As we approach the gift-giving season, I’m sure some of us will experience customer service without such happy endings, however I’d like to encourage you to send me your positive stories as they do inspire others and provide the examples necessary to help build win-win situations for customers and employees during the holidays. The days ahead truly represent opportunities to connect consumers, brands and employees meaningfully.
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Before I get into the dangers, let’s first understand what employee advocacy is. It’s getting employees involved in amplifying your organization’s brand message through their own personal and social networks. They can share company news, success stories and promotions. Many companies have a social media program to engage consumers such as initiatives that drive the number of Facebook fans or Twitter followers. Taking it even further, they can track their most engaged fans and followers and get them involved in their promotions. Now, companies are realizing that the employees, beyond the marketing team, can also bring value to their social marketing strategy.
It sounds great, right? Who wouldn’t want their employees out there advocating for the brand? Well, I don’t want to name anybody, but think for a moment about a company that you absolutely hate, or a place you would never want to work. Now, picture yourself working there as an employee and being told that you now need to participate in an employee advocacy program to promote the products or services. Just think about it. Now, I know this is an extreme example, but I hope it illustrates my point: Not every organization is ready for an employee advocacy program. If they build one prematurely, it may backfire. There are also dangers even if the organization is ready for such a program. For example, it may not genuinely connect with how employees want to promote the brand or what they want to promote. Each employee is different and can uniquely contribute to the advocacy program. In my book, The Brandful Workforce – How Employees Can Make, Not Break Your Brand, I address these issues and much more. I describe six channels through employees can help the brand; it’s not just about employee advocacy but the entire organization and setting the right business foundation and internal culture that will naturally be excited about an advocacy program.
Does your company have a successful employee advocacy program? I’d love to hear about it. For previous posts on The Brandful Workforce, click here.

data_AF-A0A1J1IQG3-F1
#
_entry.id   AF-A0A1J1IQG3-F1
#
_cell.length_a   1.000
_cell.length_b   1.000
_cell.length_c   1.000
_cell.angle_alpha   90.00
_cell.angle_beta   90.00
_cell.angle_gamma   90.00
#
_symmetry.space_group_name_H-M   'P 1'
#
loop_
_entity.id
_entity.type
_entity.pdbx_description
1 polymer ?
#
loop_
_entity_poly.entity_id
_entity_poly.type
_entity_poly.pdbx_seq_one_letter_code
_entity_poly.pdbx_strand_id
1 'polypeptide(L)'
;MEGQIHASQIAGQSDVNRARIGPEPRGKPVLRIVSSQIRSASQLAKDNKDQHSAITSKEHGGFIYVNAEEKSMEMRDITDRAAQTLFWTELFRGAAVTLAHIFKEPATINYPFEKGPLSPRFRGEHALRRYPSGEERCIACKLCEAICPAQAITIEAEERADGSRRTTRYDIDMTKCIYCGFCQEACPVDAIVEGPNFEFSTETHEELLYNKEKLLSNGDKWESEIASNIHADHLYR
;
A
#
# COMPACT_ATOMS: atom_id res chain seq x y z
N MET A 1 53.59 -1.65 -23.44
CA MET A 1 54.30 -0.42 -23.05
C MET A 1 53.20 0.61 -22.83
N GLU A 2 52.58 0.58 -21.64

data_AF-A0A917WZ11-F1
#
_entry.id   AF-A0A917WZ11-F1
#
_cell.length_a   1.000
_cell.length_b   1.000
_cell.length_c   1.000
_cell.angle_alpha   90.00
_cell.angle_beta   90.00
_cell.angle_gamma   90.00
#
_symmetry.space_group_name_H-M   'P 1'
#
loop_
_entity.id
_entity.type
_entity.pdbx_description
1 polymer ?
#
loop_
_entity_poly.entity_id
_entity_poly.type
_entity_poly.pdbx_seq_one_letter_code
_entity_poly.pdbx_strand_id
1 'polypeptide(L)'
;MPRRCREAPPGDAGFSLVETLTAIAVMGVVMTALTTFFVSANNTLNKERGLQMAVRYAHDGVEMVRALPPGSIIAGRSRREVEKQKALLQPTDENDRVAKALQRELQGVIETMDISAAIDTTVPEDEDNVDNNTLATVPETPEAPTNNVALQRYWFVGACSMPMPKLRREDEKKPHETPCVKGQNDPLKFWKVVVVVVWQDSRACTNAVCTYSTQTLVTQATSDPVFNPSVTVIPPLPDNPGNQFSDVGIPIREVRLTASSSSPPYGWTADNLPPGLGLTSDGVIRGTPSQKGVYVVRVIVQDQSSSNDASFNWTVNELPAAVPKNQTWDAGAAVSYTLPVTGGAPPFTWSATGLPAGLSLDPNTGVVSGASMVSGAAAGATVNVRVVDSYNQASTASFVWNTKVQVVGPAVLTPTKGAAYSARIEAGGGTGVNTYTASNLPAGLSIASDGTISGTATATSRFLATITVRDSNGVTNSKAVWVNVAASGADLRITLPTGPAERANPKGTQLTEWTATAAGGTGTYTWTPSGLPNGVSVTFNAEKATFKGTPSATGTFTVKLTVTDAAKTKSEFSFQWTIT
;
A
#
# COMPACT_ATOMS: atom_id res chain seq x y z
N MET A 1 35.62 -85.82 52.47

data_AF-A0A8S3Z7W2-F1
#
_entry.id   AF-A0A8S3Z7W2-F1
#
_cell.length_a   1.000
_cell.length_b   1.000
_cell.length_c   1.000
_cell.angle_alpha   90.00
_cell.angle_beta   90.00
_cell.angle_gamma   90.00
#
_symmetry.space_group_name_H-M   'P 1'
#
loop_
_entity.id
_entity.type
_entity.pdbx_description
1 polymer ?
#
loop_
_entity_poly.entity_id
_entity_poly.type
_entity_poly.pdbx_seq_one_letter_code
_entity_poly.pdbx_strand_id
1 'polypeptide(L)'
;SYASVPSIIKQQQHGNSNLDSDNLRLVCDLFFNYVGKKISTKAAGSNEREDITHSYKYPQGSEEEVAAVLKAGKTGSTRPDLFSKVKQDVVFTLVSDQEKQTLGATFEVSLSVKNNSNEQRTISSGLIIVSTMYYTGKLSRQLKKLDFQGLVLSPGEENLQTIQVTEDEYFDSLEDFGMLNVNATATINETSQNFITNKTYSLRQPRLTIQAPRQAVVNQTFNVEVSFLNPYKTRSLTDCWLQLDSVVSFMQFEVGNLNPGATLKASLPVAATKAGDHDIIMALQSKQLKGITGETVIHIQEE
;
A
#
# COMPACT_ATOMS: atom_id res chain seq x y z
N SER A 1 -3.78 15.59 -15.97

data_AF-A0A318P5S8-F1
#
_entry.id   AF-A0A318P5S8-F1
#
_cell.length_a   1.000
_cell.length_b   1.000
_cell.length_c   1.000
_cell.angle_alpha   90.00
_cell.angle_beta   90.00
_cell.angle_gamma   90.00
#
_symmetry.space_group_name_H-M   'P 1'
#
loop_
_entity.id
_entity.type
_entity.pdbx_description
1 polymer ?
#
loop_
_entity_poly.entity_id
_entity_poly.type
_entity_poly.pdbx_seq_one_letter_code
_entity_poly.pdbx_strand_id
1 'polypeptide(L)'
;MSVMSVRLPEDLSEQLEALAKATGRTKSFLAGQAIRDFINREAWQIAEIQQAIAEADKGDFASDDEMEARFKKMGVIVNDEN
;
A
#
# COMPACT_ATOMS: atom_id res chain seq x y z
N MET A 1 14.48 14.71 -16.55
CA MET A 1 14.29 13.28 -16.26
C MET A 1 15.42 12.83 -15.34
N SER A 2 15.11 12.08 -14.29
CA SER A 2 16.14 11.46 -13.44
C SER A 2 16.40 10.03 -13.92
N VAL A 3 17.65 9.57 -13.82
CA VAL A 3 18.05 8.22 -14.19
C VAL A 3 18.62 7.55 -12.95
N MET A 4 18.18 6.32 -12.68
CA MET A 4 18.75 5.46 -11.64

What company does not want their employees to promote their brand? Some go about it the wrong way. They jump right into providing the tools and training for employees to be able to shout out their favorite messages about the products and services. Or they launch new employee programs such as internal online platforms where employees can share and create innovative ideas for new products. Sooner or later, they start to wonder why nobody is participating in these new programs. Or even worse, they start to hear buzz from the employees that they don’t like what’s going on. They feel that the company is pushing them to participate in a way they really don’t want to.
Instead of feeling inspired, employees can feel tricked. This situation may indicate that something is missing. That something is what I call, The Brandful Business Basics. This means companies don’t have what it takes for their employees to get behind their brand and promote it genuinely. The Brandful Business Basics is an integrated combination of a successful business model, a defined customer promise that employees can fulfill, and a transparent employee promise that works. If your employees can answer these questions favorably, then you have what it takes for them to be brandful: How does my organization make a profit? What is the higher purpose for why my organization exists? Am I genuinely behind this purpose? What do we consistently deliver to our customers and how do we deliver it? Why do I work here and are these reasons being fulfilled?
In a previous webinar that I conducted, of about 300 companies less than 25% of them indicated that they had the Brandful Business Basics – or what they need for their employees to truly get behind the brand. Do you believe your company has what it takes? I’m conducting a anonymous poll. Please click the following link and vote here.